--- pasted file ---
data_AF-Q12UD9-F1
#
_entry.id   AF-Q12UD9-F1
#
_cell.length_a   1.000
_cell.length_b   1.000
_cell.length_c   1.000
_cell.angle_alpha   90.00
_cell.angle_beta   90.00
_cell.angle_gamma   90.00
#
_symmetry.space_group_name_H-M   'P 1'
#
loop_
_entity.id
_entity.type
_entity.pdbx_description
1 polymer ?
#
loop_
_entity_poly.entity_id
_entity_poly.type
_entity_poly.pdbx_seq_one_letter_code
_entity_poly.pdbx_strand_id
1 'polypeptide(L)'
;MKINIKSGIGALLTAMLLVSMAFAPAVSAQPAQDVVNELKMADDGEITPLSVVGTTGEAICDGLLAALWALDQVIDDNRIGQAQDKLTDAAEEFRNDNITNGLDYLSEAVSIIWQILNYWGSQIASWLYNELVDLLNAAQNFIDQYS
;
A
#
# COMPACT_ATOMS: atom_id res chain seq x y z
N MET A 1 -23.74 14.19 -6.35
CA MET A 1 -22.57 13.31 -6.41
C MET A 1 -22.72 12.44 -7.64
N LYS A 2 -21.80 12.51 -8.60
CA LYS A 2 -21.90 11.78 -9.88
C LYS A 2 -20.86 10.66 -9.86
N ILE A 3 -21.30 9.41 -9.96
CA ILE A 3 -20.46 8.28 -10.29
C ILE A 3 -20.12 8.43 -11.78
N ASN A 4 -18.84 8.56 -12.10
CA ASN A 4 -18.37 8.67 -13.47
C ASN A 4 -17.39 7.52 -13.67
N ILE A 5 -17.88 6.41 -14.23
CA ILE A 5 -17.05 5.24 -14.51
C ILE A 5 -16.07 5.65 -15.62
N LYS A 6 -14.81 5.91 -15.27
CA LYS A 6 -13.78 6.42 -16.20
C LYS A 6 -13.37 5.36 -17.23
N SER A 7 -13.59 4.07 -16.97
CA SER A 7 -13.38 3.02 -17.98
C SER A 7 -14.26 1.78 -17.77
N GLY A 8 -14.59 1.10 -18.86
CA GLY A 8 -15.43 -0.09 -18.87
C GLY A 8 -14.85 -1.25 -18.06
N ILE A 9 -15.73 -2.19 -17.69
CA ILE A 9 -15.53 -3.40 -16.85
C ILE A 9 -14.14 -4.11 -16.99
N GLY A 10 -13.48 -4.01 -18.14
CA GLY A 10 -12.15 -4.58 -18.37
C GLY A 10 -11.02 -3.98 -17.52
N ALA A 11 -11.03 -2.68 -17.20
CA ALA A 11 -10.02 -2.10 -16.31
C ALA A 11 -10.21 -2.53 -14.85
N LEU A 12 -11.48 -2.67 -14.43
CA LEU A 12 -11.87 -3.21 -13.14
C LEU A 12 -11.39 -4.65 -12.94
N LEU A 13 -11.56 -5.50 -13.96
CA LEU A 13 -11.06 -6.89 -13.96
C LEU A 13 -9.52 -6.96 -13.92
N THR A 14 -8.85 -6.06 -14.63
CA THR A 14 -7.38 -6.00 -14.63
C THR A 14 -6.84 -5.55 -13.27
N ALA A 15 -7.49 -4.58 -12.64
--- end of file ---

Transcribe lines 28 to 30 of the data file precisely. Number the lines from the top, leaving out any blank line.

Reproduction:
A
#
# COMPACT_ATOMS: atom_id res chain seq x y z